Speaking at a joint news conference on Saturday afternoon, Saadun al-Dulaimi also said Iraq would not hesitate to dispatch tanks to the streets to end violence and impose security.

 

"We are ready to fill the streets with armoured vehicles," he told a news conference televised live to the nation on state television.

 

The minister also denied any involvement by what he called Interior Ministry commandoes in the attack that targeted Harith al-Dari, leader of the Association of Muslim Scholars.

 

He also appealed to the media not to exaggerate the bloodshed. He said the death toll over the past few days was no higher than 119 and the number of mosques attacked was 21 to 22, not the hundreds previously reported.

Day of attacks

Earlier in the day 11 bodies were found in five areas of Baghdad, police said. All were male and all had been shot.

Police said three people were killed and six wounded in mortar and rocket fire in al-Sadr City, the sprawling slum in eastern Baghdad which is a stronghold of Shia figure Muqtada al-Sadr.

Shia Muslims demonstrate on
the streets of London

Meanwhile, police said they body of a police officer with shotgun wounds was found near his home east of Tikrit.

Armed men opened fire on the house of al-Dari, the head of Iraq's leading Sunni Muslim religious organisation, in an attack he blamed on government forces.

Police said al-Dari's security personnel opened fire and there appeared to be injuries on both sides.

Meanwhile in London, England, thousands of Iraqi Shia took to the streets of the capital to demonstate against the bombing of the Askariya shrine. They shouted chants against Saddam Hussein, Osama bin Laden and the Baath party.

Daytime curfew

 

The police further reported that 14 bodies of police commandos were found near one of the mosques attacked in southern Baghdad where clashes occurred overnight. Gunmen attacked the Qubaisy mosque and the Sunnis' revered Abu Hanifa shrine.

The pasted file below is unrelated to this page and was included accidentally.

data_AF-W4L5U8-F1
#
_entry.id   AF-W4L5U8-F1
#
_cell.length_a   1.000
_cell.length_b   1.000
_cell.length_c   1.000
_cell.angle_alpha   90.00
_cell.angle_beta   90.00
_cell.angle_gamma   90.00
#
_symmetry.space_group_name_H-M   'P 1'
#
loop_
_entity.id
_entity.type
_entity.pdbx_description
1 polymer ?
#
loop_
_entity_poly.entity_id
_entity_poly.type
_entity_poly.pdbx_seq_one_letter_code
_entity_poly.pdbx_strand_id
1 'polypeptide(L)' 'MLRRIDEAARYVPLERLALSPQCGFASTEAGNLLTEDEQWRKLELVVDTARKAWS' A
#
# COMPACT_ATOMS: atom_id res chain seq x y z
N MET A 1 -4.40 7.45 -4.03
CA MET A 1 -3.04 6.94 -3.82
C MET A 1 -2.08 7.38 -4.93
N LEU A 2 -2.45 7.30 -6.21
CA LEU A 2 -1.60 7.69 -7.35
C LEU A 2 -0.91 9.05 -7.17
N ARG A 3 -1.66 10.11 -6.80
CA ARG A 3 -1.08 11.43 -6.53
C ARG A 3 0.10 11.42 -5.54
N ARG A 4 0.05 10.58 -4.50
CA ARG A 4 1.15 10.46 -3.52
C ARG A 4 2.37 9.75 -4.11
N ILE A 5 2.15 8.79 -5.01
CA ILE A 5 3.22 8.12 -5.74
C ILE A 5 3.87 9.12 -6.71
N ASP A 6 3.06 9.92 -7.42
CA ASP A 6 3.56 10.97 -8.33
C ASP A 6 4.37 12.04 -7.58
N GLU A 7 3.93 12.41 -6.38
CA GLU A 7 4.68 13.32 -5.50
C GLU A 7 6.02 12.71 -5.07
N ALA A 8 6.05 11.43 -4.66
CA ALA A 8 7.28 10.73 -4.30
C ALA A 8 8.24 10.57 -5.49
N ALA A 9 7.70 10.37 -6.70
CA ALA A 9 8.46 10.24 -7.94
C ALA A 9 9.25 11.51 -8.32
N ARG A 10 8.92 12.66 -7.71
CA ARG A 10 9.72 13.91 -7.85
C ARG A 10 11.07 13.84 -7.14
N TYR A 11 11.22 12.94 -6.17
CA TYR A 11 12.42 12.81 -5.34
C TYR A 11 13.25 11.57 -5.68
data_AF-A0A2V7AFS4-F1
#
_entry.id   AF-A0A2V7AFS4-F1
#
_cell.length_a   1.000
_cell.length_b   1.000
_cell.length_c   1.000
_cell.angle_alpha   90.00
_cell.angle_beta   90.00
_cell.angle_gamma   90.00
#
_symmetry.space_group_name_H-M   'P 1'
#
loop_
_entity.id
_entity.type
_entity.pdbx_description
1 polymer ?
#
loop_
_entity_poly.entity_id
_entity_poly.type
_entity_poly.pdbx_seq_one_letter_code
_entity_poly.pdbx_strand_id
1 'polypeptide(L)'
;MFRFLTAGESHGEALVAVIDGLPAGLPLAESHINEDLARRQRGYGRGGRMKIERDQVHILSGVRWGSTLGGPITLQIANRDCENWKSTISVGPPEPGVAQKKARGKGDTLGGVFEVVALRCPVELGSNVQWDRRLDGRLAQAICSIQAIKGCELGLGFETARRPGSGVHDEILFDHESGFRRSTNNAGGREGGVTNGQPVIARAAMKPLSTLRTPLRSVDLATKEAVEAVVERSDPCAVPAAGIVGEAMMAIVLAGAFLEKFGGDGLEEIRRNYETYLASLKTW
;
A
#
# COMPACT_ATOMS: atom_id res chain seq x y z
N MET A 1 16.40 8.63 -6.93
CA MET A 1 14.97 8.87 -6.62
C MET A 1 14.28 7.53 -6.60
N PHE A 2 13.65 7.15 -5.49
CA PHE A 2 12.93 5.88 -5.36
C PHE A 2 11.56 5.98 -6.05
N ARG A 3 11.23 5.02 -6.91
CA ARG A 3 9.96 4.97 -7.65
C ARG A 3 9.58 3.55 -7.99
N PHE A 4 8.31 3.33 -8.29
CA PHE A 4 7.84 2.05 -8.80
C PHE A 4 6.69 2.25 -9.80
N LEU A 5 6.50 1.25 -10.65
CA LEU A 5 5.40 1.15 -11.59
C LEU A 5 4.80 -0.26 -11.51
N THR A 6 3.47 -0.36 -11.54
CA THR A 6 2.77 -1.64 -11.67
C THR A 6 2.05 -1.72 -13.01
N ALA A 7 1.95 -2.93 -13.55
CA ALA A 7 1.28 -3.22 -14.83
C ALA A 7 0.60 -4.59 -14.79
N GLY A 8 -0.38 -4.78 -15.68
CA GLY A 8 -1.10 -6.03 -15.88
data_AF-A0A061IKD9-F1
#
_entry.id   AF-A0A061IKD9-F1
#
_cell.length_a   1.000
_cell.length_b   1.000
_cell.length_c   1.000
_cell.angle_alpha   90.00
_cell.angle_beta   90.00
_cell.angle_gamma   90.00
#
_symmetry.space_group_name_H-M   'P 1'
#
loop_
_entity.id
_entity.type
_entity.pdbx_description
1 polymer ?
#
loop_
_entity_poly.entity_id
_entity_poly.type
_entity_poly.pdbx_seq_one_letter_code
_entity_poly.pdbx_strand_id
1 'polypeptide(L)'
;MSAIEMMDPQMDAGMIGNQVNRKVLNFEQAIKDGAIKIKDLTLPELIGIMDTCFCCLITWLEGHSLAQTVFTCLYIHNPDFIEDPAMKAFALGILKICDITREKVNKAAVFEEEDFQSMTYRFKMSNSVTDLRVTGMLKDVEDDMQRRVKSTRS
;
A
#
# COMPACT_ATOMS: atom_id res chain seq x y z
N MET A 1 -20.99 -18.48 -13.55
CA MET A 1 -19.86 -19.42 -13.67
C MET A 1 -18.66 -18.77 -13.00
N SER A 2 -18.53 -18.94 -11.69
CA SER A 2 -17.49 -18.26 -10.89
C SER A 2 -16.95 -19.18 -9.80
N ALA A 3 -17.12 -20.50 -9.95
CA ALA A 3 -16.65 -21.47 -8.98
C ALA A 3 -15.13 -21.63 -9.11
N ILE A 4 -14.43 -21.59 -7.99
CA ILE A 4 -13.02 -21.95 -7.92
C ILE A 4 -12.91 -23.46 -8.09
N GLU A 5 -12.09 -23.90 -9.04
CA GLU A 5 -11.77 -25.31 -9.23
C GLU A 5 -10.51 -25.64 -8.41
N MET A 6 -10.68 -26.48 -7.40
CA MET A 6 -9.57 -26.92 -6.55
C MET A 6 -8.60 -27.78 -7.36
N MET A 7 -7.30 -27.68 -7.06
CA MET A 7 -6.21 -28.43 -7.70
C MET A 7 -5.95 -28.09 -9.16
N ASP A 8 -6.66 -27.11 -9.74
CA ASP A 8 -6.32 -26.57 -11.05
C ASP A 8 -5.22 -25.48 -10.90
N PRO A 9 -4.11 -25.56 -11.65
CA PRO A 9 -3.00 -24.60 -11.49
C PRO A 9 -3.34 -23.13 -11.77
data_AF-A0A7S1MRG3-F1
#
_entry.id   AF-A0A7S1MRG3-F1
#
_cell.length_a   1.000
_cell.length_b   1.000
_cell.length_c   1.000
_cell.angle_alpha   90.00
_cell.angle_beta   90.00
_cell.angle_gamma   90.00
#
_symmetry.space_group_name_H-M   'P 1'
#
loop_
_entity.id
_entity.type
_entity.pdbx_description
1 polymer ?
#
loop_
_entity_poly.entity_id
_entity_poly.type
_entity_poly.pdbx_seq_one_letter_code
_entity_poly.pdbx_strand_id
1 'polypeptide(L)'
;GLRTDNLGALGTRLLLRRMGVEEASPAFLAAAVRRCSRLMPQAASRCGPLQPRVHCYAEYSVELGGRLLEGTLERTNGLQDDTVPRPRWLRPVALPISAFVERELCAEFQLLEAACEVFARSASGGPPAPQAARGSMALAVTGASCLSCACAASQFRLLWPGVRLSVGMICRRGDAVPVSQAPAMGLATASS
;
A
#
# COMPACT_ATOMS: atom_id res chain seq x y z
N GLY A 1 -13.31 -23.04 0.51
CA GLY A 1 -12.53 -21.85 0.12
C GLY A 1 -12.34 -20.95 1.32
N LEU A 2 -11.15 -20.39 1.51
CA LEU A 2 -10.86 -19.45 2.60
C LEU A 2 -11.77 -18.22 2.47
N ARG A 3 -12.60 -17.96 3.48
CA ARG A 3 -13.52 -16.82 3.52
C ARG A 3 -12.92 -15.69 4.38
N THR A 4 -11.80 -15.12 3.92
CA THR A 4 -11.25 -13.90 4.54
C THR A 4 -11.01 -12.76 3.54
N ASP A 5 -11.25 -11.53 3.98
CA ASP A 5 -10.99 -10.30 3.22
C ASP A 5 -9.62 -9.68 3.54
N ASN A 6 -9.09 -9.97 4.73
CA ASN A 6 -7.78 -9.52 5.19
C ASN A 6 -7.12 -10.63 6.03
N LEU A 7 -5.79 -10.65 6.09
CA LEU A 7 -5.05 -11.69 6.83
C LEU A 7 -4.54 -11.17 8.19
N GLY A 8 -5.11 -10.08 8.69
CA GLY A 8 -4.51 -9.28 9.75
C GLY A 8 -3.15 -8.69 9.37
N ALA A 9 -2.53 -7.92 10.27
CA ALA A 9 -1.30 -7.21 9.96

At least 12 members of a Shia family have been killed in Diyala province, and at least eight people were killed and 31 wounded in a car bomb blast in Karbala in an atmosphere of heightened tensions in Iraq.

The attack on the Shia family happened in Buhriz, about 60km north of Baghdad, provincial police said.

At least 200 people have died

Buhriz, near Baquba town, has seen repeated sectarian strife.

Saturday's attack came despite an extraordinary daytime curfew in Diyala province and three other flashpoint areas.

The curfew was intended to curb a wave of sectarian violence that has killed more than 140 people since the bombing of a revered Shia shrine in Samarra on Wednesday.

The car bomb in Karbala also wounded 25 people. It exploded on a busy shopping street in the west of the city, 110km south of Baghdad.

Funeral attacked

Earlier on Saturday, the funeral procession of Atwar Bahjat, a well known Al-Arabiya newswoman killed while covering the bombing of the Samarra shrine, was disturbed when armed men opened fire.

There was no immediate word on casualties.

An Al-Arabiya television correspondent, who sought sanctuary in a farmer's house, reported that about 150 mourners, including many journalists, were walking through Baghdad's western Abu Ghraib area when the attack happened.

Gun battles have been raging

Iraqi army captain, Jasim al-Wahish, said security forces returned fire and rushed 60 more soldiers to the scene, where sporadic clashes continued.

Iraqi police said armed men - some firing rockets - attacked Sunni mosques overnight in two Baghdad districts, including the Sunnis' revered Abu Hanifa shrine.

The Iraqi government has extended the daylight security clampdown with a ban on cars on Monday morning. The overnight curfew is still in effect.